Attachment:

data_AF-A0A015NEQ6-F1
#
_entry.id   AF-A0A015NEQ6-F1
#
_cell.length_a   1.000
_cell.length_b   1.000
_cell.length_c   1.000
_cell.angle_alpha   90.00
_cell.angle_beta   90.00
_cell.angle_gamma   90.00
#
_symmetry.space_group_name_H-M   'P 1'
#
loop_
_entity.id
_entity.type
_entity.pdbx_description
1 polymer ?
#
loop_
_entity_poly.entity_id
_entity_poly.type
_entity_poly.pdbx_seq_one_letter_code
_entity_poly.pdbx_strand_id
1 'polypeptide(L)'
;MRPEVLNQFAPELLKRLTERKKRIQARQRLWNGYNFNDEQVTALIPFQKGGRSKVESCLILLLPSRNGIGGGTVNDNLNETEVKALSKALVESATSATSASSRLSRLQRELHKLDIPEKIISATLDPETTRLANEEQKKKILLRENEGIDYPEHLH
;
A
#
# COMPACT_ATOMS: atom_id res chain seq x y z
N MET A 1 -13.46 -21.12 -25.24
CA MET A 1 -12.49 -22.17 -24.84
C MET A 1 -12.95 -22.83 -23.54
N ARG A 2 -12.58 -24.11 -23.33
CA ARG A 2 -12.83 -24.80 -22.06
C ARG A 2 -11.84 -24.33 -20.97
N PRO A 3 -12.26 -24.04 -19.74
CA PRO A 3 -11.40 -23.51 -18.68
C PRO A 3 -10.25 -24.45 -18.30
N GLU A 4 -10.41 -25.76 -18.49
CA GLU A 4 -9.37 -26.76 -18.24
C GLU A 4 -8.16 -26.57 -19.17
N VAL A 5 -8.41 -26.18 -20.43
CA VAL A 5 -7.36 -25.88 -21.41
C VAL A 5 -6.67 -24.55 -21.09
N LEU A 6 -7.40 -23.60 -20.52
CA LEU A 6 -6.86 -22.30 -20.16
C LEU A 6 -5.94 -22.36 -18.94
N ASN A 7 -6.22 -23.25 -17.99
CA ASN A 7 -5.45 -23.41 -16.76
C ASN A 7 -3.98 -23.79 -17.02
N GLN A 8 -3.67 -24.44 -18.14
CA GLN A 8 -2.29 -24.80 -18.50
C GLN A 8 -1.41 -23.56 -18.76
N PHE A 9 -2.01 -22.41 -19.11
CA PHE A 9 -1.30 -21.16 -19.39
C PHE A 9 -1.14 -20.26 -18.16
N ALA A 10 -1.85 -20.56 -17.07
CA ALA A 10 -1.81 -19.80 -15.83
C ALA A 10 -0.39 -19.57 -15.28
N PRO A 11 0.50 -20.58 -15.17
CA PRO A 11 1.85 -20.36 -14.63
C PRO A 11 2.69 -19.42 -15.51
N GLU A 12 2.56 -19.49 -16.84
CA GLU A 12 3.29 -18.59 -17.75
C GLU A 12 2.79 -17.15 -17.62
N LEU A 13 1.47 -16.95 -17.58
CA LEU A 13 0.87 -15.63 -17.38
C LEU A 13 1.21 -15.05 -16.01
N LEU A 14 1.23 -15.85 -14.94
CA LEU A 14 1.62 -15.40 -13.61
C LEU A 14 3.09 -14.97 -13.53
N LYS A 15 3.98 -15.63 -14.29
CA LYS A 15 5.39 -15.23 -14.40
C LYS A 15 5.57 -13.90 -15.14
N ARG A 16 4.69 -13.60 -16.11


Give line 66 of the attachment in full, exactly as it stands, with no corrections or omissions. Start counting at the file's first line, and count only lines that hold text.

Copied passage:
C GLU A 12 2.79 -17.15 -17.62